This is my Sunday ritual:
- Get up around 7:30 a.m.
- Make coffee.
- Slurp cup after cup until 9 a.m., when I head over to the corner store to pick up the Sunday New York Times and my lottery tickets for the week.
- Walk to the small grocery store a block away, go straight to the deli and get a biscuit with sausage.
I did this week after week after week, and each time I had to give my order as if it were the first time, even though the same deli attendant was there to make the breakfast sandwich. Each time he asked the rote question: Do you want any butter or jelly on that? (And each time I thought – yuck, does anyone do that, really?) It was early in the morning on a Sunday. We were both just going through the motions, and it was a perfectly nice, completely routine transaction.
The one-sentence story
Then a couple of weeks ago I arrived at the deli counter in a chirpy mood. After putting in my order, I started chattering away at the man fixing this sausage biscuit sandwich for me the same way he had done every Sunday morning for months. I told him that the sandwich was for my husband, who was still sleeping, and that I never got tired of his reaction when he would see it waiting for him by the coffeepot each Sunday. The deli attendant smiled and humored me by responding to my chatter with some chit chat about little things that make a good marriage. Then he handed me the sausage biscuit. I said goodbye. He said goodbye. And that was that.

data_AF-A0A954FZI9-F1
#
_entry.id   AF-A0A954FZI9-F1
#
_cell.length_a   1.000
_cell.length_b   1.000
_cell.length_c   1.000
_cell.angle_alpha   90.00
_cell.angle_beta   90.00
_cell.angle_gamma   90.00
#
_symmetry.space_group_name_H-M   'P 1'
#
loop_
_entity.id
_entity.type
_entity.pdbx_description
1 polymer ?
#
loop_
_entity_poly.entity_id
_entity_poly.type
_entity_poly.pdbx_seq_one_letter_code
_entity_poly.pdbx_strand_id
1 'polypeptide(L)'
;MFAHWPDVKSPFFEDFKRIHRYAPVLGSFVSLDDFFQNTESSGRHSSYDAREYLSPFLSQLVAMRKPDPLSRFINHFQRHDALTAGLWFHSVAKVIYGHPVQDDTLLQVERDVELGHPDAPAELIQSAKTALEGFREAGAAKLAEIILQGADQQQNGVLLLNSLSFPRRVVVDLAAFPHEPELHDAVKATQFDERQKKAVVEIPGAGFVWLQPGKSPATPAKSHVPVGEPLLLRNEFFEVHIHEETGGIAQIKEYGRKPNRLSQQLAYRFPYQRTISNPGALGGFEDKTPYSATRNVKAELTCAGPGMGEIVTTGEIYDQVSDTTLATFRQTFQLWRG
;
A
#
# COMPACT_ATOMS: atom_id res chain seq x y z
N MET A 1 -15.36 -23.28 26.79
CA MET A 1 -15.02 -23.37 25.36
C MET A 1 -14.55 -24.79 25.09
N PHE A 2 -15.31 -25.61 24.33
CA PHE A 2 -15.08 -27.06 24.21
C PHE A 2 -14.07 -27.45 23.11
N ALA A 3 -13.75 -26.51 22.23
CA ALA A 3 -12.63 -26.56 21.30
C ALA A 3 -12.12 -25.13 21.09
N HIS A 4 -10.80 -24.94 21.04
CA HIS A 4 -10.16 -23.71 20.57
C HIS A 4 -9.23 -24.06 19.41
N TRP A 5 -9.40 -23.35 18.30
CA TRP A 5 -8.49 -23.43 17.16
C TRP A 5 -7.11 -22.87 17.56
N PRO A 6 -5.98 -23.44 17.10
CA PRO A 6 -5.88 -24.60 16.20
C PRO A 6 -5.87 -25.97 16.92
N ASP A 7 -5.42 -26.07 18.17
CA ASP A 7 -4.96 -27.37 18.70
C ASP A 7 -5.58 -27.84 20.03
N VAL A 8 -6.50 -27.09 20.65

Until the next Sunday. When I walked in, he waved and smiled and said, “Time to keep those home fires burning, right?” I didn’t have to order. He started making the sausage biscuit. He didn’t ask about butter or jelly.
All in the details
As I walked back home, I realized that I had just seen the power of storytelling in action.
Before, I was just another person coming over to the deli counter to put in an order. As soon as my order had a story behind it, I stood out. The story stuck with him, and he connected it with me. Why? His routine task of putting together yet another breakfast biscuit became something a bit more significant. It was part of a neighborhood couple’s Sunday ritual.
Yes, storytelling has become the latest buzzword in marketing, and its meaning has gotten a bit lost as a result. It is not about putting warm and fuzzy words into sales pitches. Nor is it a lecture from an expert on a topic. Those may be valuable ways of communicating, but they are not storytelling.
Storytelling is something much simpler — a detail that paints a more personal picture. I didn’t tell an amazing tale that Sunday morning, but I did tell a relevant one. My very simple story gave my actions context and the deli attendant’s task meaning. We both benefited. That’s pretty powerful stuff for a sentence and a sausage biscuit.